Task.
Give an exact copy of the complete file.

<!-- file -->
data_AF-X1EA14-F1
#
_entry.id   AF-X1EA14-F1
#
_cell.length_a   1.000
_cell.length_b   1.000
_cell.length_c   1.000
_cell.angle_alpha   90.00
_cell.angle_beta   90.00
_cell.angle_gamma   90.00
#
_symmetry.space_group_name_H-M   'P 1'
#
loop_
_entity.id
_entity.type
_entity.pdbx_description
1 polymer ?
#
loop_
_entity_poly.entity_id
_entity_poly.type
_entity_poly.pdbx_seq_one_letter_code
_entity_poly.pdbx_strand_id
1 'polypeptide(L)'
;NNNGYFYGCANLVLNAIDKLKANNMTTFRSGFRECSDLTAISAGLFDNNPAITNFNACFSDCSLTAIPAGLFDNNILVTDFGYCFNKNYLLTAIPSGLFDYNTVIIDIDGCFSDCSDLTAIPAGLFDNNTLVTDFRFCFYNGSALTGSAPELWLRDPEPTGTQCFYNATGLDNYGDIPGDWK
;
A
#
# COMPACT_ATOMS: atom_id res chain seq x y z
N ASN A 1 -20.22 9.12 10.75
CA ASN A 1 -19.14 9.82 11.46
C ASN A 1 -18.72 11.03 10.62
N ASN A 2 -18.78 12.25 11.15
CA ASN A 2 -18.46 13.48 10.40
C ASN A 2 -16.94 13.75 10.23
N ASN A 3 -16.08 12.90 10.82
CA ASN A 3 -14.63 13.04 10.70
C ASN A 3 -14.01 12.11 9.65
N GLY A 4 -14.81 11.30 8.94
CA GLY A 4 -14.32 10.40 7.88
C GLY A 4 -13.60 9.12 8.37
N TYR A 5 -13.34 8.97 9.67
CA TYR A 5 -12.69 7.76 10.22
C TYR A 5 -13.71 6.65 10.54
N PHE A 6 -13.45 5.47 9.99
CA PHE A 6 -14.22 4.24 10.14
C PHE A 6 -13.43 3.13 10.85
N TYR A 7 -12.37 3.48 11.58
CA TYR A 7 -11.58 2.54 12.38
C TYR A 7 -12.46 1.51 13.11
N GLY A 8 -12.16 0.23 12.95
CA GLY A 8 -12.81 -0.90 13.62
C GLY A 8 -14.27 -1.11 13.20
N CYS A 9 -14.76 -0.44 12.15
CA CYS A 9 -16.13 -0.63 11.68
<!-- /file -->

data_AF-X1EA14-F1
#
_entry.id   AF-X1EA14-F1
#
_cell.length_a   1.000
_cell.length_b   1.000
_cell.length_c   1.000
_cell.angle_alpha   90.00
_cell.angle_beta   90.00
_cell.angle_gamma   90.00
#
_symmetry.space_group_name_H-M   'P 1'
#
loop_
_entity.id
_entity.type
_entity.pdbx_description
1 polymer ?
#
loop_
_entity_poly.entity_id
_entity_poly.type
_entity_poly.pdbx_seq_one_letter_code
_entity_poly.pdbx_strand_id
1 'polypeptide(L)'
;NNNGYFYGCANLVLNAIDKLKANNMTTFRSGFRECSDLTAISAGLFDNNPAITNFNACFSDCSLTAIPAGLFDNNILVTDFGYCFNKNYLLTAIPSGLFDYNTVIIDIDGCFSDCSDLTAIPAGLFDNNTLVTDFRFCFYNGSALTGSAPELWLRDPEPTGTQCFYNATGLDNYGDIPGDWK
;
A
#
# COMPACT_ATOMS: atom_id res chain seq x y z
N ASN A 1 -20.22 9.12 10.75
CA ASN A 1 -19.14 9.82 11.46
C ASN A 1 -18.72 11.03 10.62
N ASN A 2 -18.78 12.25 11.15
CA ASN A 2 -18.46 13.48 10.40
C ASN A 2 -16.94 13.75 10.23
N ASN A 3 -16.08 12.90 10.82
CA ASN A 3 -14.63 13.04 10.70
C ASN A 3 -14.01 12.11 9.65
N GLY A 4 -14.81 11.30 8.94
CA GLY A 4 -14.32 10.40 7.88
C GLY A 4 -13.60 9.12 8.37
N TYR A 5 -13.34 8.97 9.67
CA TYR A 5 -12.69 7.76 10.22
C TYR A 5 -13.71 6.65 10.54
N PHE A 6 -13.45 5.47 9.99
CA PHE A 6 -14.22 4.24 10.14
C PHE A 6 -13.43 3.13 10.85
N TYR A 7 -12.37 3.48 11.58
CA TYR A 7 -11.58 2.54 12.38
C TYR A 7 -12.46 1.51 13.11
N GLY A 8 -12.16 0.23 12.95
CA GLY A 8 -12.81 -0.90 13.62
C GLY A 8 -14.27 -1.11 13.20
N CYS A 9 -14.76 -0.44 12.15
CA CYS A 9 -16.13 -0.63 11.68